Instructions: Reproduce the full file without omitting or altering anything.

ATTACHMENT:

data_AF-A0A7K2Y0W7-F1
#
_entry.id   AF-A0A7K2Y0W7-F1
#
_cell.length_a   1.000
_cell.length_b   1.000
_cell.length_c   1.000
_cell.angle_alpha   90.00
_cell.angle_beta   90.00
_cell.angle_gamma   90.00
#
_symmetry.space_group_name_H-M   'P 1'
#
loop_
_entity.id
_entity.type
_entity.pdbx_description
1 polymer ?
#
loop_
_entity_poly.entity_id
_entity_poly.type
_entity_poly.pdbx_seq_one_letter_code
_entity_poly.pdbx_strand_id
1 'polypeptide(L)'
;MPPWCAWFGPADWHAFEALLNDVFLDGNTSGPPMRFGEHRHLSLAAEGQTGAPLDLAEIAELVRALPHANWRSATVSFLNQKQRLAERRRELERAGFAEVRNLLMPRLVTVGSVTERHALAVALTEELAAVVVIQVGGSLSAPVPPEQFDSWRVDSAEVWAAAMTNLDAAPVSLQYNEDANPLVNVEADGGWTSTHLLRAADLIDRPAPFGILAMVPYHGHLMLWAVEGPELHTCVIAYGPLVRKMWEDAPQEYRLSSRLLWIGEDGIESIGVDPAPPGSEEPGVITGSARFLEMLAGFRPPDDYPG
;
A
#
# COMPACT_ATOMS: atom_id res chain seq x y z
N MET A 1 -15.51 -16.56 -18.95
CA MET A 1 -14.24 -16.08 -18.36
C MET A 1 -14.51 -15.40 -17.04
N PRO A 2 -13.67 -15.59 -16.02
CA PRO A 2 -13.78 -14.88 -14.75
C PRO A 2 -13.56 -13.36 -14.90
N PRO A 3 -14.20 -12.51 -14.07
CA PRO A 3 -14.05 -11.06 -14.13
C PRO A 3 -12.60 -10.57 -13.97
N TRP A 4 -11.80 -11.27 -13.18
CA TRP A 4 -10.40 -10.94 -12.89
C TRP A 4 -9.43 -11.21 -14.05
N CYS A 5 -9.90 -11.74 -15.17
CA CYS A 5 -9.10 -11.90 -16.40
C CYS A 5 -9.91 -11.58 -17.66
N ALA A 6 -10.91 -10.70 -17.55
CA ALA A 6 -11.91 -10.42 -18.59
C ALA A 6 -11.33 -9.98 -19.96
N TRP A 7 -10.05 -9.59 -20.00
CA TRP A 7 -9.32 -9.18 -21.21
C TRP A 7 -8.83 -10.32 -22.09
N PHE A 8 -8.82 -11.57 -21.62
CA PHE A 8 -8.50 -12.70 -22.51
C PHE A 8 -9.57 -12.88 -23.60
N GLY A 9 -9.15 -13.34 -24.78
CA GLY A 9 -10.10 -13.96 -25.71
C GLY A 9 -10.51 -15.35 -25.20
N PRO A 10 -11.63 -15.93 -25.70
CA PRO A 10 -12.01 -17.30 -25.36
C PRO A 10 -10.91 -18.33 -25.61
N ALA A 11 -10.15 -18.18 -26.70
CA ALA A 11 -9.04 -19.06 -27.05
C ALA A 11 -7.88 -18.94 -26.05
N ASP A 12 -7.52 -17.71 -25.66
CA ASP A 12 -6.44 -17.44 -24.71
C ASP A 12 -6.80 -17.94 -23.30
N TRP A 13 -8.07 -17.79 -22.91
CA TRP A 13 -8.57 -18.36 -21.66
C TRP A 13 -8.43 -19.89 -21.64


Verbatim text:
data_AF-A0A7K2Y0W7-F1
#
_entry.id   AF-A0A7K2Y0W7-F1
#
_cell.length_a   1.000
_cell.length_b   1.000
_cell.length_c   1.000
_cell.angle_alpha   90.00
_cell.angle_beta   90.00
_cell.angle_gamma   90.00
#
_symmetry.space_group_name_H-M   'P 1'
#
loop_
_entity.id
_entity.type
_entity.pdbx_description
1 polymer ?
#
loop_
_entity_poly.entity_id
_entity_poly.type
_entity_poly.pdbx_seq_one_letter_code
_entity_poly.pdbx_strand_id
1 'polypeptide(L)'
;MPPWCAWFGPADWHAFEALLNDVFLDGNTSGPPMRFGEHRHLSLAAEGQTGAPLDLAEIAELVRALPHANWRSATVSFLNQKQRLAERRRELERAGFAEVRNLLMPRLVTVGSVTERHALAVALTEELAAVVVIQVGGSLSAPVPPEQFDSWRVDSAEVWAAAMTNLDAAPVSLQYNEDANPLVNVEADGGWTSTHLLRAADLIDRPAPFGILAMVPYHGHLMLWAVEGPELHTCVIAYGPLVRKMWEDAPQEYRLSSRLLWIGEDGIESIGVDPAPPGSEEPGVITGSARFLEMLAGFRPPDDYPG
;
A
#
# COMPACT_ATOMS: atom_id res chain seq x y z
N MET A 1 -15.51 -16.56 -18.95
CA MET A 1 -14.24 -16.08 -18.36
C MET A 1 -14.51 -15.40 -17.04
N PRO A 2 -13.67 -15.59 -16.02
CA PRO A 2 -13.78 -14.88 -14.75
C PRO A 2 -13.56 -13.36 -14.90
N PRO A 3 -14.20 -12.51 -14.07
CA PRO A 3 -14.05 -11.06 -14.13
C PRO A 3 -12.60 -10.57 -13.97
N TRP A 4 -11.80 -11.27 -13.18
CA TRP A 4 -10.40 -10.94 -12.89
C TRP A 4 -9.43 -11.21 -14.05
N CYS A 5 -9.90 -11.74 -15.17
CA CYS A 5 -9.10 -11.90 -16.40
C CYS A 5 -9.91 -11.58 -17.66
N ALA A 6 -10.91 -10.70 -17.55
CA ALA A 6 -11.91 -10.42 -18.59
C ALA A 6 -11.33 -9.98 -19.96
N TRP A 7 -10.05 -9.59 -20.00
CA TRP A 7 -9.32 -9.18 -21.21
C TRP A 7 -8.83 -10.32 -22.09
N PHE A 8 -8.82 -11.57 -21.62
CA PHE A 8 -8.50 -12.70 -22.51
C PHE A 8 -9.57 -12.88 -23.60
N GLY A 9 -9.15 -13.34 -24.78
CA GLY A 9 -10.10 -13.96 -25.71
C GLY A 9 -10.51 -15.35 -25.20
N PRO A 10 -11.63 -15.93 -25.70
CA PRO A 10 -12.01 -17.30 -25.36
C PRO A 10 -10.91 -18.33 -25.61
N ALA A 11 -10.15 -18.18 -26.70
CA ALA A 11 -9.04 -19.06 -27.05
C ALA A 11 -7.88 -18.94 -26.05
N ASP A 12 -7.52 -17.71 -25.66
CA ASP A 12 -6.44 -17.44 -24.71
C ASP A 12 -6.80 -17.94 -23.30
N TRP A 13 -8.07 -17.79 -22.91
CA TRP A 13 -8.57 -18.36 -21.66
C TRP A 13 -8.43 -19.89 -21.64